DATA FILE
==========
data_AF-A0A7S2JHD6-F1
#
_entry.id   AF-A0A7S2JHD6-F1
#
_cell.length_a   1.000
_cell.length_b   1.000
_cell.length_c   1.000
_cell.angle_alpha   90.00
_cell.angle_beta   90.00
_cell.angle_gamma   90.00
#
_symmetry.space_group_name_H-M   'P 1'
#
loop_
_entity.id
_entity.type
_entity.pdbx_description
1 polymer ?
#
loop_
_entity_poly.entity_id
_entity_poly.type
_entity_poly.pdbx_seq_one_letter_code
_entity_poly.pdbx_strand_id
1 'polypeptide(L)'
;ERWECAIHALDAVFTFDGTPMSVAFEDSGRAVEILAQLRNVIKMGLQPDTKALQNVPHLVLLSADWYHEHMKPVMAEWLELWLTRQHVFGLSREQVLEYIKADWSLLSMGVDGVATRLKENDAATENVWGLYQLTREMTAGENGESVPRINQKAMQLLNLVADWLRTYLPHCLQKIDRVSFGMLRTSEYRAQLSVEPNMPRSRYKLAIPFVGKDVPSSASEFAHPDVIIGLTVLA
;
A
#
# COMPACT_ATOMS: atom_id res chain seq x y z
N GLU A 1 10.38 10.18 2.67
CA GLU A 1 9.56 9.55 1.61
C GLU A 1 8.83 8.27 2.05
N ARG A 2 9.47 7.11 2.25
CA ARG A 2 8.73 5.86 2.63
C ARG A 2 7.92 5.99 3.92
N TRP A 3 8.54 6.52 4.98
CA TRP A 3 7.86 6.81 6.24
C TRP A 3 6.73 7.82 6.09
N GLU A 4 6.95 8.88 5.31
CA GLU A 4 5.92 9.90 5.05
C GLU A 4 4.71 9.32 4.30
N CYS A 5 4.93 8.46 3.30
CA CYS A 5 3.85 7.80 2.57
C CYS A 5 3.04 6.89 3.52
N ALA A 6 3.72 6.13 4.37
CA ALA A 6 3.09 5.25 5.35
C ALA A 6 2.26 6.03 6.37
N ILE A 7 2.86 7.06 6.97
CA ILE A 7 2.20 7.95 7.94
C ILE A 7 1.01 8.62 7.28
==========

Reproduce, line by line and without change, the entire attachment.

data_AF-A0A7S2JHD6-F1
#
_entry.id   AF-A0A7S2JHD6-F1
#
_cell.length_a   1.000
_cell.length_b   1.000
_cell.length_c   1.000
_cell.angle_alpha   90.00
_cell.angle_beta   90.00
_cell.angle_gamma   90.00
#
_symmetry.space_group_name_H-M   'P 1'
#
loop_
_entity.id
_entity.type
_entity.pdbx_description
1 polymer ?
#
loop_
_entity_poly.entity_id
_entity_poly.type
_entity_poly.pdbx_seq_one_letter_code
_entity_poly.pdbx_strand_id
1 'polypeptide(L)'
;ERWECAIHALDAVFTFDGTPMSVAFEDSGRAVEILAQLRNVIKMGLQPDTKALQNVPHLVLLSADWYHEHMKPVMAEWLELWLTRQHVFGLSREQVLEYIKADWSLLSMGVDGVATRLKENDAATENVWGLYQLTREMTAGENGESVPRINQKAMQLLNLVADWLRTYLPHCLQKIDRVSFGMLRTSEYRAQLSVEPNMPRSRYKLAIPFVGKDVPSSASEFAHPDVIIGLTVLA
;
A
#
# COMPACT_ATOMS: atom_id res chain seq x y z
N GLU A 1 10.38 10.18 2.67
CA GLU A 1 9.56 9.55 1.61
C GLU A 1 8.83 8.27 2.05
N ARG A 2 9.47 7.11 2.25
CA ARG A 2 8.73 5.86 2.63
C ARG A 2 7.92 5.99 3.92
N TRP A 3 8.54 6.52 4.98
CA TRP A 3 7.86 6.81 6.24
C TRP A 3 6.73 7.82 6.09
N GLU A 4 6.95 8.88 5.31
CA GLU A 4 5.92 9.90 5.05
C GLU A 4 4.71 9.32 4.30
N CYS A 5 4.93 8.46 3.30
CA CYS A 5 3.85 7.80 2.57
C CYS A 5 3.04 6.89 3.52
N ALA A 6 3.72 6.13 4.37
CA ALA A 6 3.09 5.25 5.35
C ALA A 6 2.26 6.03 6.37
N ILE A 7 2.86 7.06 6.97
CA ILE A 7 2.20 7.95 7.94
C ILE A 7 1.01 8.62 7.28